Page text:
The Obsession Page 8

“That’s all right. So you followed him.”

“I thought maybe he’d think it was funny. I could tell if he did before I let him know I was there. But he didn’t go to the creek, and I just wanted to know where he was going. And I thought when I saw the old place, and the cellar, maybe he was putting a bike together for my birthday.”

“Is it your birthday, honey?”

“Monday is, and I asked for a bike. So I waited—I was just going to take a peek. I hid and I waited until he came out, but—”


For a moment, she thought it would be easier if she floated again, just kept floating. But the sheriff had kind eyes, patient ones. He’d keep those kind eyes on her even if she floated away.

And she had to tell somebody.

“He didn’t look right, Sheriff. Sir. He didn’t look right when he came out and it scared me. But I waited until he was gone, and I just wanted to see what was down there.”

“How long’d you wait?”

“I don’t know. It felt long.” She flushed a little. She wasn’t going to tell him she’d peed in the woods. Some things were private. “There was a bolt on the door, and I had to work some to push it, and when I opened the door I heard something like whimpering. I thought maybe it was a puppy. We weren’t allowed to have a dog, but I thought maybe. But then I saw Ashley.”

“What did you see, honey? It’s hard, but if you can tell me exactly, it’s going to help.”

So she told him, exactly, and sipped at the Coke even though her stomach jittered with the retelling.

He asked more questions, and she did her best. When he was done, he patted her hand.

“You did real good. I’m going to bring your mama back.”

“Is she here?”

“She’s here.”

“And Mason?”

“He’s over at the Huffmans’ place. Mrs. Huffman’s keeping an eye on him, and he’s playing with Jerry.”

“That’s good. He and Jerry like to play together. Sheriff Franks, is my mama all right?”

Something shuttered down over his eyes. “She’s had a hard day, too.” He said nothing for a moment. “You’re a steady girl, Naomi.”

“I don’t feel so steady. I got sick, and I had a faint.”

“Trust me, honey, I’m an officer of the law.” He smiled a little. “You’re a steady girl. So I’m going to tell you there are going to be other people asking questions. The FBI—you know what that is?”

“Yes, sir. Sort of.”

“They’re going to have questions. And there’s going to be reporters wanting to talk to you. You’re going to have to talk to the FBI, but you don’t have to talk to any reporters.”

He hitched up a hip, took a card out of his pocket. “This is my phone number—the number here, and the one at home I wrote on the back. You can call me anytime—doesn’t matter what the time. You need to talk to me, you call. All right?”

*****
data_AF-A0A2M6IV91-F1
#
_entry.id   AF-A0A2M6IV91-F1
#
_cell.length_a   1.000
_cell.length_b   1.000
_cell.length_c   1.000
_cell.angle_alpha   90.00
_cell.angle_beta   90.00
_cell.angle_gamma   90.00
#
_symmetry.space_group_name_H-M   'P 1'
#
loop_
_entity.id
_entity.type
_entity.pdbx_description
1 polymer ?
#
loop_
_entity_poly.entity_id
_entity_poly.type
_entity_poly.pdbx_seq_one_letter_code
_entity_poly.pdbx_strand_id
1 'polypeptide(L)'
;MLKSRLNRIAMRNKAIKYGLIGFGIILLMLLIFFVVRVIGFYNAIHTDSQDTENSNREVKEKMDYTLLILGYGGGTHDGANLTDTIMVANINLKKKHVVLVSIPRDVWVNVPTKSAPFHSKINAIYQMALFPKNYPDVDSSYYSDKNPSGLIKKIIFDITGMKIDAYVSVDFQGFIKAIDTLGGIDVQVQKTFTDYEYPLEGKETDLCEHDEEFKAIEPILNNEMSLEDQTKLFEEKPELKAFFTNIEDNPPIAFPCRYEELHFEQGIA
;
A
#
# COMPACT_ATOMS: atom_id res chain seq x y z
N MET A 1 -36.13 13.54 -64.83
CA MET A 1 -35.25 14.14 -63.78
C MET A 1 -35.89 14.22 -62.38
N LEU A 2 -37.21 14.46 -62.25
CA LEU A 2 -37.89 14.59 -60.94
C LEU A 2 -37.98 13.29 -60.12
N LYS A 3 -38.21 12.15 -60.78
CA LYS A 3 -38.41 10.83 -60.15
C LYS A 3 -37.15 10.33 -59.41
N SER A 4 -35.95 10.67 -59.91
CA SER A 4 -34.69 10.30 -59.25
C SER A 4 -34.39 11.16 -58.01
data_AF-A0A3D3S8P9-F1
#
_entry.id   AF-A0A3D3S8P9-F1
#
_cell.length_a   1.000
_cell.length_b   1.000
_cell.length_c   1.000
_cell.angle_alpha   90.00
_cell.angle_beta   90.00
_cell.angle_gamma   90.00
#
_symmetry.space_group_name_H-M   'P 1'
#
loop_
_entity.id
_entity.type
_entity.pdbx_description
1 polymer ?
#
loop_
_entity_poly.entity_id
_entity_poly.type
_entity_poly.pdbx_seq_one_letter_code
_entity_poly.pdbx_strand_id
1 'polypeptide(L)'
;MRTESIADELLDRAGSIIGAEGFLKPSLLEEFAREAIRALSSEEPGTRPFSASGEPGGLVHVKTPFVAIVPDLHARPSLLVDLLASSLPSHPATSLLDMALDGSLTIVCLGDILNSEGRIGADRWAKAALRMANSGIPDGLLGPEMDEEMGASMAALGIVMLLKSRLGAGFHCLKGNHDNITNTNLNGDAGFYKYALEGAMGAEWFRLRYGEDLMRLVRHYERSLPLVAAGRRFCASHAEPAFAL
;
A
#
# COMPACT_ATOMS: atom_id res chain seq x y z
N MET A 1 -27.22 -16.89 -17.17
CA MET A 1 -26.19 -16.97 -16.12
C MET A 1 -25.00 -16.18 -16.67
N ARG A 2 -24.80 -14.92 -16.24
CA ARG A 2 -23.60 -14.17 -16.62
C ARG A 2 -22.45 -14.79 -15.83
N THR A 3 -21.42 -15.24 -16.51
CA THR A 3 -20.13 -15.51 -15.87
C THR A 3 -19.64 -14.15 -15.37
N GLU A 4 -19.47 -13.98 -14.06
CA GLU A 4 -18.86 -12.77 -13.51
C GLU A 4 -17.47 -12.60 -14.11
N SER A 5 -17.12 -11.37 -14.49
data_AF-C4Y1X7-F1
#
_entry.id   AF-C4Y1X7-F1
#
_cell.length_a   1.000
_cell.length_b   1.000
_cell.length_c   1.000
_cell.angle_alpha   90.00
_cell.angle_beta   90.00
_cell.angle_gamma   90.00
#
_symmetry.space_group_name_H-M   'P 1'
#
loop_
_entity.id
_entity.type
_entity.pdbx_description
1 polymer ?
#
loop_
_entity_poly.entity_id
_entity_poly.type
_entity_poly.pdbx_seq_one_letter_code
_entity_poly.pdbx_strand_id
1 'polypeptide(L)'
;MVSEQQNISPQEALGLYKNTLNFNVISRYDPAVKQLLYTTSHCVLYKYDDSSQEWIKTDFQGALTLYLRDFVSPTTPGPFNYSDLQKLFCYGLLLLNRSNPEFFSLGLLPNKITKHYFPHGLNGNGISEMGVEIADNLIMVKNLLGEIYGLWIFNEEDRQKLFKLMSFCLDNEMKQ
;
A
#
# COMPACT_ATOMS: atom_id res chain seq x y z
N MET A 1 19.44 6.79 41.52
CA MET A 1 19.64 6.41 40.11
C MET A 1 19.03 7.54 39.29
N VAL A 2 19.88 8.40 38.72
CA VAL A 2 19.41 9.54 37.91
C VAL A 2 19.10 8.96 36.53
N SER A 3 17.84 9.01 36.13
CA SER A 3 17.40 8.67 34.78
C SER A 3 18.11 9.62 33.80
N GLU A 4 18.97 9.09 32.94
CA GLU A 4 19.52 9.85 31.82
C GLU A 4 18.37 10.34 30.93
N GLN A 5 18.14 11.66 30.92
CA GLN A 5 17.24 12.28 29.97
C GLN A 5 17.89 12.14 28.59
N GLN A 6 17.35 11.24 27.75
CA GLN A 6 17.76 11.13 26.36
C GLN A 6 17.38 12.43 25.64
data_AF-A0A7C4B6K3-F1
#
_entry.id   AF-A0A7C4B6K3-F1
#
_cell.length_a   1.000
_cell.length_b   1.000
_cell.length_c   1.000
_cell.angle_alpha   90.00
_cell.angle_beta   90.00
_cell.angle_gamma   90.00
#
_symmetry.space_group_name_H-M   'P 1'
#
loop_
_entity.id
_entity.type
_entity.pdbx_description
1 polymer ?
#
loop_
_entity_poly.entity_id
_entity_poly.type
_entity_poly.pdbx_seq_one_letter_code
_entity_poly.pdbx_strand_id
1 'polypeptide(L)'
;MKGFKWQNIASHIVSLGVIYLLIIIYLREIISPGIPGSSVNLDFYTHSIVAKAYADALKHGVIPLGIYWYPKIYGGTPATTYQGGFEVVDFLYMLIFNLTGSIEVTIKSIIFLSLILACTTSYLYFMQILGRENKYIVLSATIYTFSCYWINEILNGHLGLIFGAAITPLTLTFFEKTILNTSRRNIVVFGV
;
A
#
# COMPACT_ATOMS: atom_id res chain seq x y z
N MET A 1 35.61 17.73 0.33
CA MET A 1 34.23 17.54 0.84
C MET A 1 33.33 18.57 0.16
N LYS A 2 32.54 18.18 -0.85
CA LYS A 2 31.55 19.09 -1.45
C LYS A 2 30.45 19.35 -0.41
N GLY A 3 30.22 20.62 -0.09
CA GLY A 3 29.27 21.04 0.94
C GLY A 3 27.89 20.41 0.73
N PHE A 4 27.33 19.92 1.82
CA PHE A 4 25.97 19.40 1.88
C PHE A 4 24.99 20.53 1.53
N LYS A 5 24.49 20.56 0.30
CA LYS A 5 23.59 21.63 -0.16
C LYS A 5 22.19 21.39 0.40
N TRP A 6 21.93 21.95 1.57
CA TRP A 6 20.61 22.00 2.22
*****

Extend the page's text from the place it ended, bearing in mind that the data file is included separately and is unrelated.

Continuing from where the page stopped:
“Yes, sir.”

“Put that away safe. I’m going to go get your mama now.”

“Sheriff Franks?”

He paused at the door, turned back to her. “Yes, honey?”

“Is my daddy going to jail?”

“Yes, honey, he is.”

“Does he know?”

“I expect so.”

She looked down at her Coke, nodded. “Okay.”

Her daddy was going to jail. How could she go back to school, or church, or to the market with her mother? It was worse than when Carrie Potter’s daddy went to jail for two months for getting in a fight at the pool hall. Even worse than when Buster Kravitt’s uncle went to jail for selling drugs.

She’d be going into seventh grade in just another week, and everyone would know what happened. What her daddy did. What she did. She didn’t see how she could—

Then the door opened, and there was her mother.

She looked sick, like she’d been sick for days, and bad sick so it had eaten away at her. She looked thinner than she had when Naomi had gone to bed the night before. And her eyes were all red, swollen, and tears still stood in them. Her hair was every which way, like she hadn’t taken a brush to it, and she wore the baggy, faded pink dress she mostly wore for garden chores.

Naomi got shakily to her feet, wanting nothing more at that moment than to press her face to her mother’s breast, find comfort there, find promises she’d pretend to believe there.

But the tears just rolled out of her mother’s eyes, driven by guttural sobs. She sank right down to the floor, covered her face with her hands.

So the child went to the mother, gathered her in, stroked and soothed. “It’ll be all right, Mama. We’ll be all right.”

“Naomi, Naomi. They’re saying terrible things about your daddy. They’re saying you’re saying them.”

“We’ll be all right.”

“They can’t be true. This can’t be true.” Susan pulled back, grabbed Naomi’s face in her hands, and spoke fiercely. “You imagined it. You had a bad dream.”

“Mama. I saw.”

“No, you didn’t. You have to tell them you made a mistake.”

“I didn’t make a mistake. Ashley—the girl he had—she’s in the hospital.”

“She’s lying. She has to be lying. Naomi, he’s your daddy, he’s your blood. He’s my husband. The police, they’re going all over our house. They put your daddy in handcuffs and took him away.”

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